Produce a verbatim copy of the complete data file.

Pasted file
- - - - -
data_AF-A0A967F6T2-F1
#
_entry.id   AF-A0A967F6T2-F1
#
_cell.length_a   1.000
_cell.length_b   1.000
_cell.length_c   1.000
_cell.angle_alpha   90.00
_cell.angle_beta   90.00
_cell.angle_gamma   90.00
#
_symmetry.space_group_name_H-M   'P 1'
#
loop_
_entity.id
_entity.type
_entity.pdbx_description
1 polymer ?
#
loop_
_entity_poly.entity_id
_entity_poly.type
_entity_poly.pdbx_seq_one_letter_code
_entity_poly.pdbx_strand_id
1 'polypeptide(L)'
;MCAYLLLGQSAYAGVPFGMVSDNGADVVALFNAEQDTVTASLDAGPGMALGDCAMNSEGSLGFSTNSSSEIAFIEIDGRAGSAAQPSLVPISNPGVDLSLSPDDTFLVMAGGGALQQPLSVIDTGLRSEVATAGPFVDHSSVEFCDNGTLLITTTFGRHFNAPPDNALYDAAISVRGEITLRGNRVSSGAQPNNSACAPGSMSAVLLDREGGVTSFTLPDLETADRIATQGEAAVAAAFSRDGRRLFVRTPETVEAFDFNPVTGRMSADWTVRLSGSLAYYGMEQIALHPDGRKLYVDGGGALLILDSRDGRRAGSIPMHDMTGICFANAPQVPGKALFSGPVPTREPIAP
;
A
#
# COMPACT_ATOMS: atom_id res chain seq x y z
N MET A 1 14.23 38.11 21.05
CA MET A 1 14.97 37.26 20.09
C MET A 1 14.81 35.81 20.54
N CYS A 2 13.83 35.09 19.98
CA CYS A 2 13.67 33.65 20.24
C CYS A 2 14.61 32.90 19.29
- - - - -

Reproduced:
data_AF-A0A967F6T2-F1
#
_entry.id   AF-A0A967F6T2-F1
#
_cell.length_a   1.000
_cell.length_b   1.000
_cell.length_c   1.000
_cell.angle_alpha   90.00
_cell.angle_beta   90.00
_cell.angle_gamma   90.00
#
_symmetry.space_group_name_H-M   'P 1'
#
loop_
_entity.id
_entity.type
_entity.pdbx_description
1 polymer ?
#
loop_
_entity_poly.entity_id
_entity_poly.type
_entity_poly.pdbx_seq_one_letter_code
_entity_poly.pdbx_strand_id
1 'polypeptide(L)'
;MCAYLLLGQSAYAGVPFGMVSDNGADVVALFNAEQDTVTASLDAGPGMALGDCAMNSEGSLGFSTNSSSEIAFIEIDGRAGSAAQPSLVPISNPGVDLSLSPDDTFLVMAGGGALQQPLSVIDTGLRSEVATAGPFVDHSSVEFCDNGTLLITTTFGRHFNAPPDNALYDAAISVRGEITLRGNRVSSGAQPNNSACAPGSMSAVLLDREGGVTSFTLPDLETADRIATQGEAAVAAAFSRDGRRLFVRTPETVEAFDFNPVTGRMSADWTVRLSGSLAYYGMEQIALHPDGRKLYVDGGGALLILDSRDGRRAGSIPMHDMTGICFANAPQVPGKALFSGPVPTREPIAP
;
A
#
# COMPACT_ATOMS: atom_id res chain seq x y z
N MET A 1 14.23 38.11 21.05
CA MET A 1 14.97 37.26 20.09
C MET A 1 14.81 35.81 20.54
N CYS A 2 13.83 35.09 19.98
CA CYS A 2 13.67 33.65 20.24
C CYS A 2 14.61 32.90 19.29